At the end of their stay, they made their first transaction with a local restaurant in Bandung. At that moment they realized that their idea was not something that worked only on paper.

“We can really make this happen,” Octavianty said.

Finding the right investors

Over the years, Aruna spread to more Indonesian fishing villages. As the demand for their seafood grew, so did the company. But one of Octavianty’s challenges was to find the right investors.

“There are a lot of Indonesian investors, but finding an investor who understands our business is not easy,” he said.

“Some investors will be interested because they see the scaling potential of this business. But we were selective … we wanted investors who wanted to invest, not because of the company’s potential, but because of its impact.”

To date, the Aruna fishing startup has exported 44 million pounds of seafood to seven countries last year, most of it to the U.S. and China.


The fishing platform exported 44 million pounds of seafood last year to seven countries, most of them to the United States and China, Octavianty said.

But he said his biggest achievement was giving fishermen direct access to the market while giving them fairer and better wages.

“We helped the fishermen increase their incomes by two or three times before they entered Aruna,” he added.

It is also an inspiration to the industry. We see so many fishing companies in Indonesia that are not concerned with sustainability.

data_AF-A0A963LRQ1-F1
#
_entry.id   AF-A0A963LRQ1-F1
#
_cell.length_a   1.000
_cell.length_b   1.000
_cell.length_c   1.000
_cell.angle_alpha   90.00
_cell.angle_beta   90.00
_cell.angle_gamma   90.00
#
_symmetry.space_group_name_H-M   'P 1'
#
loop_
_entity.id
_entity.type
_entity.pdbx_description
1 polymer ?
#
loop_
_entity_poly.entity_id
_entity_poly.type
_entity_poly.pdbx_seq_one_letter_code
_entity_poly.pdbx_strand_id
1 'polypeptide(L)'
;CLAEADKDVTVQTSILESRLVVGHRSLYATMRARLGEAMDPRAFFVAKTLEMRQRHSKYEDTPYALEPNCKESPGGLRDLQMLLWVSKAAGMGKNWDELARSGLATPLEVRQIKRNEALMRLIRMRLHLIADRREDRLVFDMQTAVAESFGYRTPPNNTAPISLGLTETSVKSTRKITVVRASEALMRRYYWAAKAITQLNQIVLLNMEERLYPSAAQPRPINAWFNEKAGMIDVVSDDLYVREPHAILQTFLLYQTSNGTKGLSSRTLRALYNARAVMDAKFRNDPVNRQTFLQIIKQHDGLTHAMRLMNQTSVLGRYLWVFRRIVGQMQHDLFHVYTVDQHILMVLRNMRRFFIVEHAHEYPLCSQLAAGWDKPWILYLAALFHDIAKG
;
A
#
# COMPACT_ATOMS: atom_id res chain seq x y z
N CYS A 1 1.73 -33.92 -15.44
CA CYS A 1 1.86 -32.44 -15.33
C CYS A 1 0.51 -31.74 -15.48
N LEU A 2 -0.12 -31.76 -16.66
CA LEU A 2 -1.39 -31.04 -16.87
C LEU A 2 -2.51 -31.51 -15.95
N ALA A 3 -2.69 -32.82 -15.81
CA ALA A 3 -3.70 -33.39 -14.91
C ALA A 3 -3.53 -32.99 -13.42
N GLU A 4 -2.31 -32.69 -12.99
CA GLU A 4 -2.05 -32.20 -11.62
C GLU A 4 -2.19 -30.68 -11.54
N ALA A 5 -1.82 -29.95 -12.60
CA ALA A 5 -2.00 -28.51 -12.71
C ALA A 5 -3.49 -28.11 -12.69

Utari Octavianty

Co-founder Aruna

Although Aruna was strict in selecting his investors, it was this approach that made the company more attractive, Octavianty said.

“We are open about the challenges we face as investors, but in return, we hope they will also help us, for example, help us make connections or solve problems.”

A sustainable future

In January, Aruna announced $ 30 million in Series A follow-up funding for Vertex Ventures for Southeast Asia and India. With the new funding in hand, Octavianty wants to expand to more Indonesian fishing villages and is investing in sustainable fishing practices.

To date, Aruna is used by more than 26,000 fishermen in 150 Indonesian fishing communities.

Today, Aruna has more than 26,000 fishermen in its network. It has also provided more than 5,000 jobs in rural areas and employed 1,000 coastal women to process seafood.

Utari Octavianty

“Now that we have opened the market and have more fishermen on board, we need to be very careful with the fish stock, because Indonesia is already overfishing,” said Octavianty, who is also Aruna’s chief sustainability officer.

This is why Aruna urges all fishermen not to pay attention to the quality of the catches, the quantity, and the lack of fishing in the shelters of the sea.

Aruna also advises fishermen not to use fishing gear, such as trawls and bombs, which could damage the natural habitat on the seabed.

“It’s also inspiring the industry. We see so many fishing companies in Indonesia that don’t care about sustainability,” Octavianty added.

Don’t miss: Is there a cake? This 19-year-old Netflix competitor is making 6 figures in his bakery business

Do you like this story? Subscribe to CNBC Make It on YouTube!


Leave a Comment